I've read and enjoyed previous books from Simon Toyne. But I could not stop listening to his latest book, Dark Objects. It's fantastic!

A cleaner is the one who finds the body of a wealthy woman, murdered in her upscale home. Her killing includes a message to someone, as there are very specific objects displayed around the body. One of those objects is a book titled 'How to Process a Murder' by Laughton Rees. Laughton is a forensics academic, but finds herself drawn into this live case. Working with her is DCI Tannahill Khan of the North London Murder Squad.

That's just the bare bones of the plot. There's so much more to this case with no predicting who, what, why. I loved the layers of storytelling, the dark and devious direction the plot went. And my personal favorite, a lovely twist that I didn't see coming. The addition of excerpts from Laughton's book, news articles and a neighborhood WhatsApp group add epistolary elements to the book. 

Toyne does a great job with his two lead characters. They're given detailed personal lives, especially Laughton. Her past figures greatly in the here and now. DCI Khan isn't a cookie cutter cop, he's somewhat quiet, but he's a clever and intuitive copper. There are many supporting characters that round out the viewpoints. Especially the tabloid journalist, Brian Slade, who would sell his soul for a story. Social issues such as knife crime, racism, bullying and more are woven into the book.

I'm truly hoping that this is the first in a series. I think Laughton and Tannahill have many more tales to tell...

I chose to listen to Dark Objects. The reader was Shazia Nicholls and her voice was just perfect for this book. She has a lovely low, gravelly, rich, full tone to her voice. He British accent is lovely. Her speaking is clear, easy to understand and is well modulated. The speaking speed is just right. Her voice has presence and suits the plot and characters. Nicholls interprets Toyne's book very well. I've said it before, but I'll say it again - I become so much more immersed in a book when I listen. And that was definitely the case with Dark Objects. Hear for yourself - listen to an excerpt of Dark Objects.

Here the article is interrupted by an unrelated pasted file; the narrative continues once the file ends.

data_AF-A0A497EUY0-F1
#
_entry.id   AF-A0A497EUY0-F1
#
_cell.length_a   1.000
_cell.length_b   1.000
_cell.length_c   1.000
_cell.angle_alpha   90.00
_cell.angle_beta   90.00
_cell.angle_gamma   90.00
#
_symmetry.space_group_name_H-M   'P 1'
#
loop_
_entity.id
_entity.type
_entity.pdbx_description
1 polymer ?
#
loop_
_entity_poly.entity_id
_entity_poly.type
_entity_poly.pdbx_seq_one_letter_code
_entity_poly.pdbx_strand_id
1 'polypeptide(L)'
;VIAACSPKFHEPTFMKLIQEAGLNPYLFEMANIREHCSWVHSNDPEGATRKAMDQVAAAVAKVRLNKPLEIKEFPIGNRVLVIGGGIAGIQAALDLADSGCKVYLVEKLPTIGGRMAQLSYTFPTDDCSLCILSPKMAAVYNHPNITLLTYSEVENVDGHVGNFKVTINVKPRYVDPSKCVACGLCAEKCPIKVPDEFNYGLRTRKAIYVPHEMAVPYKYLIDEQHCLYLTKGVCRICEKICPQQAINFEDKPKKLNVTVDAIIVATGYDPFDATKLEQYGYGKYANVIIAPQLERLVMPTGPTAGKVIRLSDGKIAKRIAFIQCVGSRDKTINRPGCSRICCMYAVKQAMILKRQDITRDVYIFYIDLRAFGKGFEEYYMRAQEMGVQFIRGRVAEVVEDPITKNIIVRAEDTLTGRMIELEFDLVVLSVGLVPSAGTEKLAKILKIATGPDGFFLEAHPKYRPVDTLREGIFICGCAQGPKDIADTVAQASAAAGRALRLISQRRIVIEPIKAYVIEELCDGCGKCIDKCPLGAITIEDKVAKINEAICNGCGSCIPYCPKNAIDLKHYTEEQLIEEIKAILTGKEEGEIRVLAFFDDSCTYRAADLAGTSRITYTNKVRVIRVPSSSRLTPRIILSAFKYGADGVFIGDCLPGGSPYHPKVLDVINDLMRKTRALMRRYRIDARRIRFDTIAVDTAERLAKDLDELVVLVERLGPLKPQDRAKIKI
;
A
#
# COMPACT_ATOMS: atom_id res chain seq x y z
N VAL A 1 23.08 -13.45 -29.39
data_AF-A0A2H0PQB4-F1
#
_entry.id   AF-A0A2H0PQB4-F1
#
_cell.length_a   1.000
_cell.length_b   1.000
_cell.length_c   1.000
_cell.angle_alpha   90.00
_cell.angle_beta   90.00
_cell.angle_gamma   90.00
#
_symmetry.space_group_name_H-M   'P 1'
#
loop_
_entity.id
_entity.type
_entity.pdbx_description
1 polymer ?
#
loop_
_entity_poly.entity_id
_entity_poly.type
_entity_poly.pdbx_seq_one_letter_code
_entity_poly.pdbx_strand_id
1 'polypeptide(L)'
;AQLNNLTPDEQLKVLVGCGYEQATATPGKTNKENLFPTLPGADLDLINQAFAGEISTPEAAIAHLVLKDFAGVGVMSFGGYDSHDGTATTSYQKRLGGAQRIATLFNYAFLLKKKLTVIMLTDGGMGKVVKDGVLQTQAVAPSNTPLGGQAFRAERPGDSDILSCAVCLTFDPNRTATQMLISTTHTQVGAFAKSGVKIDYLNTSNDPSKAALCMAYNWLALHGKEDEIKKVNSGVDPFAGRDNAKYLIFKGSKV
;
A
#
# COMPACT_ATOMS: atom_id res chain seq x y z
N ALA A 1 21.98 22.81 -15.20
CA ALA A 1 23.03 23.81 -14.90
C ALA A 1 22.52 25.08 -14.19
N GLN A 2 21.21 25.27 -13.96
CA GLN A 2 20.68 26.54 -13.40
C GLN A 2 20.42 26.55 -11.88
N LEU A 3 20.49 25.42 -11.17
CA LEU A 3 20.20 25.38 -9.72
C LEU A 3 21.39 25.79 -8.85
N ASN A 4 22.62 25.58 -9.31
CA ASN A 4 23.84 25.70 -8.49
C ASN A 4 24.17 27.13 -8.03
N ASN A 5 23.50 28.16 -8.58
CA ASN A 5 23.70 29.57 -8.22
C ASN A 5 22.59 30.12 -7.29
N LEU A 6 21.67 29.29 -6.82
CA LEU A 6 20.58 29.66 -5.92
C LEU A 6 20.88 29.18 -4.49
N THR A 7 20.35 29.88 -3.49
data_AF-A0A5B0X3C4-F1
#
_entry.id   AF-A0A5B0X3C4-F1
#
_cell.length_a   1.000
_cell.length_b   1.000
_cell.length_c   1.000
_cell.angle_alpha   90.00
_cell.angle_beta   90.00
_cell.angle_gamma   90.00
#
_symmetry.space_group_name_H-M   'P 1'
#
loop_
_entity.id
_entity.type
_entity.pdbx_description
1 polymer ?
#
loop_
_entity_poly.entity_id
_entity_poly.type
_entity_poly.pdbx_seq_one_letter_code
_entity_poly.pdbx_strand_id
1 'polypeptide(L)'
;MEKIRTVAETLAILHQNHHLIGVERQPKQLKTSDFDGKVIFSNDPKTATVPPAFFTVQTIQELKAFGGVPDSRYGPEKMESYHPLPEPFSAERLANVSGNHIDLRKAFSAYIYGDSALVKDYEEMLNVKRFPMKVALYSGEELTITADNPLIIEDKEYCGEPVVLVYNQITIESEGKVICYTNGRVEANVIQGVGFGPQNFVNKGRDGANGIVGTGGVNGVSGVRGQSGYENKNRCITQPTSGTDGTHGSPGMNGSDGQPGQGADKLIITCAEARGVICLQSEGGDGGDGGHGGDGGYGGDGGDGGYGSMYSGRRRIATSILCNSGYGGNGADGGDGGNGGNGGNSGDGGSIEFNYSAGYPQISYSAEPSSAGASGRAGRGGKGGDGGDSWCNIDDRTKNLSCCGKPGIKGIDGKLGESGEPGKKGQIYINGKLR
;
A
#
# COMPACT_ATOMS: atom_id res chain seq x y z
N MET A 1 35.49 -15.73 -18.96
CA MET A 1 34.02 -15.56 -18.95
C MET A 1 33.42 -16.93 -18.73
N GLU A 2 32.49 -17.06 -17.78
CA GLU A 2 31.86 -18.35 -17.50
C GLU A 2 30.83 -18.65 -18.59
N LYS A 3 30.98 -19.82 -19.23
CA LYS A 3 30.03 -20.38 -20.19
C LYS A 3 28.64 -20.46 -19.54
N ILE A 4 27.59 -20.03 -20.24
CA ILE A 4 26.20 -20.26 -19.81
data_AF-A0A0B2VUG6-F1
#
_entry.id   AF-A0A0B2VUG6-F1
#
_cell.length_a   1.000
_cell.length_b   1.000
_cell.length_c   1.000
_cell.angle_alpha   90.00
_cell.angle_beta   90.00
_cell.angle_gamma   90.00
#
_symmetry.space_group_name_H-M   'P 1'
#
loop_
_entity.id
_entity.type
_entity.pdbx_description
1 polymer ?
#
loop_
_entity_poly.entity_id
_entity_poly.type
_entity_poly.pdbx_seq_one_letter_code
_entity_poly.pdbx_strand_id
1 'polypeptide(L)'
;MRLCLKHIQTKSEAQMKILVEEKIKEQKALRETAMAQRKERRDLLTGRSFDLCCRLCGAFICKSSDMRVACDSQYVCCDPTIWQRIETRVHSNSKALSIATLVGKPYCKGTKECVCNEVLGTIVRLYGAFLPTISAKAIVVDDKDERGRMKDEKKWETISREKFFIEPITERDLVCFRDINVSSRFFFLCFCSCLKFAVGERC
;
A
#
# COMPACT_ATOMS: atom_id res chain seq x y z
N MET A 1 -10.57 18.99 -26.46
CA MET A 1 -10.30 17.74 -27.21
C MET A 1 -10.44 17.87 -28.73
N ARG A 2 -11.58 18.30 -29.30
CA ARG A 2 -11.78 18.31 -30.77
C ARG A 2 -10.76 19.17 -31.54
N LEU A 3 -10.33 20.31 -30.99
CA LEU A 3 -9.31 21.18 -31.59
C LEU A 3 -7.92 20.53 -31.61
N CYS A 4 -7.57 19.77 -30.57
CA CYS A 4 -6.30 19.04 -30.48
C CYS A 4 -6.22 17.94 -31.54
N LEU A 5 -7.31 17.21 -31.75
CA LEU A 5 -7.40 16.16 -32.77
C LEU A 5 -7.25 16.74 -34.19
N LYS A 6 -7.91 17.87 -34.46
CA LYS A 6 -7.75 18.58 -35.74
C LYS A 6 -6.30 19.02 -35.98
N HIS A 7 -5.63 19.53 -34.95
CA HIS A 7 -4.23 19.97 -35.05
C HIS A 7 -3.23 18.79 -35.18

Wednesday, July 20, 2022

The Murder Book - Mark Billingham

Mark Billingham is one of my favorite authors. I don't bother with reading the flyleaf as I just know I'm in for a great read. Billingham writes stand alones that are really good as well, but it is the Tom Thorne series that I enjoy the most. The latest entry (#18!) is The Murder Book

There's a core group of three that are at the heart of this series. Tom is a Detective with the the London force as is Nicola Tanner. The third member of the trio is Coroner Phil Hendricks. They're good friends in and out of the station and all three also harboring a dark secret. (Nope, not going to tell you what it is!) Thorne and Nicola are on the hunt for a murderer using some truly grisly methods. And then the shoe drops. There is evidence found at a murder scene that should not be there...

Billingham gives his characters rich personal lives than bleed into their professional lives. Sometimes for the good - and sometimes not. I quite like Thorne - he's not grown predictable or tired after seventeen books. He's ornery, obstinate and driven to solve his cases at almost any cost. And the cost could be very high in this latest case. Hendricks seems to be settling down at last and Nicola is slowly trying to move on as well.